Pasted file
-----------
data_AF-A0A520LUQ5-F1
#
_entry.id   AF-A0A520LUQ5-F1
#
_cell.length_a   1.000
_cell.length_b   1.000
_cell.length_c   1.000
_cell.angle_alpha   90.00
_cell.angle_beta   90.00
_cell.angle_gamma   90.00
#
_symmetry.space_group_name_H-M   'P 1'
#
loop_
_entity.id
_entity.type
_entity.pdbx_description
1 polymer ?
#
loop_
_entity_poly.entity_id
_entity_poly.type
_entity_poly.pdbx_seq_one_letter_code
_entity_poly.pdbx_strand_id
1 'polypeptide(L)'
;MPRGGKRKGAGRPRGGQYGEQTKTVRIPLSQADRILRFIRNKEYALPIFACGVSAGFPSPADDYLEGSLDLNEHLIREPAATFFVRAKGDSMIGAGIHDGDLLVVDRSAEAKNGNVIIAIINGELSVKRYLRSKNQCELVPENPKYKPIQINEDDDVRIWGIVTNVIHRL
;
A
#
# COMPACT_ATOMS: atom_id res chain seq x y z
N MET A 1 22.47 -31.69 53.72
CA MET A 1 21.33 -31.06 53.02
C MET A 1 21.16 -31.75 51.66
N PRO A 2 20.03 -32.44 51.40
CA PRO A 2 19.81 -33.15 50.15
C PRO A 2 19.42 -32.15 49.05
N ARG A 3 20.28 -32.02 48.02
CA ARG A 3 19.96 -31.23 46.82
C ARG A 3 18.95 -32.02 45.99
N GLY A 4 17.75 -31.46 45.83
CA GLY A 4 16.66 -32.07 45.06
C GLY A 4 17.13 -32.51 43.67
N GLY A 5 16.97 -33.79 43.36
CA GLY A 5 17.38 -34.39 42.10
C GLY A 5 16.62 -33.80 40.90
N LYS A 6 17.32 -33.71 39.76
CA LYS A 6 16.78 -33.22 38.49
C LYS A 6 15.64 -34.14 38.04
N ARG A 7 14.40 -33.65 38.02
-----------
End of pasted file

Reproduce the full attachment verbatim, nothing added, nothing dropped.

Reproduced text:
data_AF-A0A520LUQ5-F1
#
_entry.id   AF-A0A520LUQ5-F1
#
_cell.length_a   1.000
_cell.length_b   1.000
_cell.length_c   1.000
_cell.angle_alpha   90.00
_cell.angle_beta   90.00
_cell.angle_gamma   90.00
#
_symmetry.space_group_name_H-M   'P 1'
#
loop_
_entity.id
_entity.type
_entity.pdbx_description
1 polymer ?
#
loop_
_entity_poly.entity_id
_entity_poly.type
_entity_poly.pdbx_seq_one_letter_code
_entity_poly.pdbx_strand_id
1 'polypeptide(L)'
;MPRGGKRKGAGRPRGGQYGEQTKTVRIPLSQADRILRFIRNKEYALPIFACGVSAGFPSPADDYLEGSLDLNEHLIREPAATFFVRAKGDSMIGAGIHDGDLLVVDRSAEAKNGNVIIAIINGELSVKRYLRSKNQCELVPENPKYKPIQINEDDDVRIWGIVTNVIHRL
;
A
#
# COMPACT_ATOMS: atom_id res chain seq x y z
N MET A 1 22.47 -31.69 53.72
CA MET A 1 21.33 -31.06 53.02
C MET A 1 21.16 -31.75 51.66
N PRO A 2 20.03 -32.44 51.40
CA PRO A 2 19.81 -33.15 50.15
C PRO A 2 19.42 -32.15 49.05
N ARG A 3 20.28 -32.02 48.02
CA ARG A 3 19.96 -31.23 46.82
C ARG A 3 18.95 -32.02 45.99
N GLY A 4 17.75 -31.46 45.83
CA GLY A 4 16.66 -32.07 45.06
C GLY A 4 17.13 -32.51 43.67
N GLY A 5 16.97 -33.79 43.36
CA GLY A 5 17.38 -34.39 42.10
C GLY A 5 16.62 -33.80 40.90
N LYS A 6 17.32 -33.71 39.76
CA LYS A 6 16.78 -33.22 38.49
C LYS A 6 15.64 -34.14 38.04
N ARG A 7 14.40 -33.65 38.02